Len
2014 EV Coupe 19,500 miles
2014 EV Cabriolet 17,500 miles
 

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After the discussions we've had here about the EV battery "bricking" in conjunction with the 12v battery going dead, I've decided to do a preemptive strike and just replace my 12v battery to head off any potential cata$trophe. I'm seeing no issues and I have had the service campaigns done, but the battery is original to my 2014 coupe. This goes against everything I've ever done in the past when I waited until the 12v battery told me it was time to be changed. I would often go as long as ten years, but there was little downside. That may no longer be the case with our Smarts.

So I'm seeking input from those of you that have changed the battery. Looking for things to watch out for and things to make the job go smoothly. My plan is to hopefully install the correct battery from Mercedes to avoid any issues with size and fit. I think that some of you have used a Group 47 battery, but I've read reports of some having to make some modifications in the hold down, etc. I figure those issues can be avoided by using the correct Smart battery. It's a very tight fit no matter the battery used. Cost is about $170 which isn't that much more than a battery from a McParts store.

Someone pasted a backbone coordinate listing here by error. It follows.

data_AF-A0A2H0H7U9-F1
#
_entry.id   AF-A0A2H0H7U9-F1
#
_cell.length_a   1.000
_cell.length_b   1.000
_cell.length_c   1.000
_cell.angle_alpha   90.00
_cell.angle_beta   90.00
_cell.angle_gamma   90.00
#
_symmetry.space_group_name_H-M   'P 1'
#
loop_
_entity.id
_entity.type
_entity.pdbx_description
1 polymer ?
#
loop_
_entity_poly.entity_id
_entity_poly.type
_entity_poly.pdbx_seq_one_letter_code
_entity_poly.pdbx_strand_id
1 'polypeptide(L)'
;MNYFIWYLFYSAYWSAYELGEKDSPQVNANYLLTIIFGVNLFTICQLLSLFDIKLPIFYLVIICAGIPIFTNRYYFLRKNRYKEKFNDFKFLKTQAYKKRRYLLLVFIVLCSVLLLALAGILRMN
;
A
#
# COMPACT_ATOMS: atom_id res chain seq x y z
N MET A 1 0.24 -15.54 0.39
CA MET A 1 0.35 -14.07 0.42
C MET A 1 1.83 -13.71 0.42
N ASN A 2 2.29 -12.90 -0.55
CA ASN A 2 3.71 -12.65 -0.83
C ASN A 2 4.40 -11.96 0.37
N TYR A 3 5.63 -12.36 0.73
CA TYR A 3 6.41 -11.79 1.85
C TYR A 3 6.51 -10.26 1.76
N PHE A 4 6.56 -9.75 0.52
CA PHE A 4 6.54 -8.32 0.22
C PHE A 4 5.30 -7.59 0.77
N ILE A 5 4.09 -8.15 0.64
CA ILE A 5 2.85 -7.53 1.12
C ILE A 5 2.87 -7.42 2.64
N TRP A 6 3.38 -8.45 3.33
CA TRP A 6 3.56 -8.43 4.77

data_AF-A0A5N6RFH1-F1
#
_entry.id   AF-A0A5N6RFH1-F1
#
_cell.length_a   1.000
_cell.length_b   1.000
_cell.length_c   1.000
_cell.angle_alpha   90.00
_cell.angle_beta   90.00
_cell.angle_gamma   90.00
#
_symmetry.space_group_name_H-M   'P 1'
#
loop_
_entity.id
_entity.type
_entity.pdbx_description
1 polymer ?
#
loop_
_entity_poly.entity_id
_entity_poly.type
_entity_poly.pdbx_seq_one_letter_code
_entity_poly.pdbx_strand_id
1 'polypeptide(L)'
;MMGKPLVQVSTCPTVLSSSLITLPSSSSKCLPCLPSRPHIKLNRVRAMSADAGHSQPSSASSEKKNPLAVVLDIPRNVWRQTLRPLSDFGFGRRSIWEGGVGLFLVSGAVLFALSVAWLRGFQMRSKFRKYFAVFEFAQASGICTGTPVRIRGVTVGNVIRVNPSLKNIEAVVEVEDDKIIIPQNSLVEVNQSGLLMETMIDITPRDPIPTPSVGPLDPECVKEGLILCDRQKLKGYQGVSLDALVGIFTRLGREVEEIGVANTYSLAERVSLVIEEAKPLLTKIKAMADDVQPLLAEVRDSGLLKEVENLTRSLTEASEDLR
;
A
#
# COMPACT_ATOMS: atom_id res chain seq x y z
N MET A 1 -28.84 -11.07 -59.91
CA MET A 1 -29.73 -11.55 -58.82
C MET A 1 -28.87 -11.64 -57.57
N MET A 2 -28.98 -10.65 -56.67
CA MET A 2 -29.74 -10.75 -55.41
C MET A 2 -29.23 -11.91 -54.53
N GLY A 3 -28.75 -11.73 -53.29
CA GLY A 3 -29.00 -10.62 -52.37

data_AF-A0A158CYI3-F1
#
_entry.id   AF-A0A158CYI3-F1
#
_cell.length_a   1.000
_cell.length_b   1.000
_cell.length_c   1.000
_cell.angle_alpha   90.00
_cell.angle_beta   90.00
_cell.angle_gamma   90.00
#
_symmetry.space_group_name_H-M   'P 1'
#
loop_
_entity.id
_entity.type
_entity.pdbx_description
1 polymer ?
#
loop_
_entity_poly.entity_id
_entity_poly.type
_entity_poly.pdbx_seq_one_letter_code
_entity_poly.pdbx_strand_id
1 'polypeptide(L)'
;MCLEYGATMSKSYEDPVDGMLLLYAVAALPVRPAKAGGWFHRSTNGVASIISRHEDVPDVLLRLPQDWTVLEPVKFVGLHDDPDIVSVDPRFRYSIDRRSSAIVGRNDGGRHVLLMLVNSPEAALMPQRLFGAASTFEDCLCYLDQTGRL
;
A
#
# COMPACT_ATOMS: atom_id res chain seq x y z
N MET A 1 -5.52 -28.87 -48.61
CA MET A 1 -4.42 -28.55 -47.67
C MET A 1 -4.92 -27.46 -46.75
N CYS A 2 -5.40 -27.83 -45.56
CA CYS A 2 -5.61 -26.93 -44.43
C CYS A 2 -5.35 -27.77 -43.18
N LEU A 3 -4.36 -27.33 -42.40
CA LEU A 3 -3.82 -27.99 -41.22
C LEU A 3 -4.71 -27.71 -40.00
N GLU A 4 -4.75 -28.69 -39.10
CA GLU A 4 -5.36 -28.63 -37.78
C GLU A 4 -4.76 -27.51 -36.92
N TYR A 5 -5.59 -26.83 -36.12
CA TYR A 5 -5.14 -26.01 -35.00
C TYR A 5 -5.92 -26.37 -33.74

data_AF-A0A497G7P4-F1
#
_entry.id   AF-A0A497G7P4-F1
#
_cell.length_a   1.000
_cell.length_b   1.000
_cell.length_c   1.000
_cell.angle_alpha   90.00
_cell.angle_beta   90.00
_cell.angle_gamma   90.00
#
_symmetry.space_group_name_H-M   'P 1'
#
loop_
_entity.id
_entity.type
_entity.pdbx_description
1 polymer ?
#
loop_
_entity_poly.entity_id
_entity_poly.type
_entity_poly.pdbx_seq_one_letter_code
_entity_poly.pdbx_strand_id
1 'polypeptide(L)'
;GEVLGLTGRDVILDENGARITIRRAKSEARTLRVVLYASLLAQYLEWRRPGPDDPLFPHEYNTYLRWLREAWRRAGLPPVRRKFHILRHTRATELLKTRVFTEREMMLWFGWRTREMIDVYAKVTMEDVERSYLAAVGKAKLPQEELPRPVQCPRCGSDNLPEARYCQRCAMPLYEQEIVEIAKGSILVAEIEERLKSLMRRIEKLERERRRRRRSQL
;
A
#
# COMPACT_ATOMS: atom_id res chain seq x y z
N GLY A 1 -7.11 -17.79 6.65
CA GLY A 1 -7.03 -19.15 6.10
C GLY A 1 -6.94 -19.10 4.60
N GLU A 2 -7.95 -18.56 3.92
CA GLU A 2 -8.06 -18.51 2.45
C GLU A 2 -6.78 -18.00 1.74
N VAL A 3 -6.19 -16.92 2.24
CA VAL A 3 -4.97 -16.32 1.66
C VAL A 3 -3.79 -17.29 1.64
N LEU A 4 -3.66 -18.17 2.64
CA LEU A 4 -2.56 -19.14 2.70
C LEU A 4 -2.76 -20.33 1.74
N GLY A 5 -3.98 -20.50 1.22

Does it make any difference if the EV battery is fully charged or not when replacing the 12v battery? I've seen one You Tube video where it was suggested that the plastic cover in the center between the passenger and the driver's side be removed, but I've seen others where that wasn't necessary.

Any advice and experiences appreciated.

Thanks.

Len
2014 EV Coupe 19,500 miles
2014 EV Cabriolet 17,500 miles
Hello, did you figured it out the correct procedure to change your 12v battery safely?
I am at the same point that you, 2014 Fortwo coupe with the original battery, I believe I need to change it soon (especially because I live in Vegas, and hot hot summer!)
My mechanical advised me to stick with the OEM battery, believing it's a AGM battery. But after my research, it's not. Regular lead battery...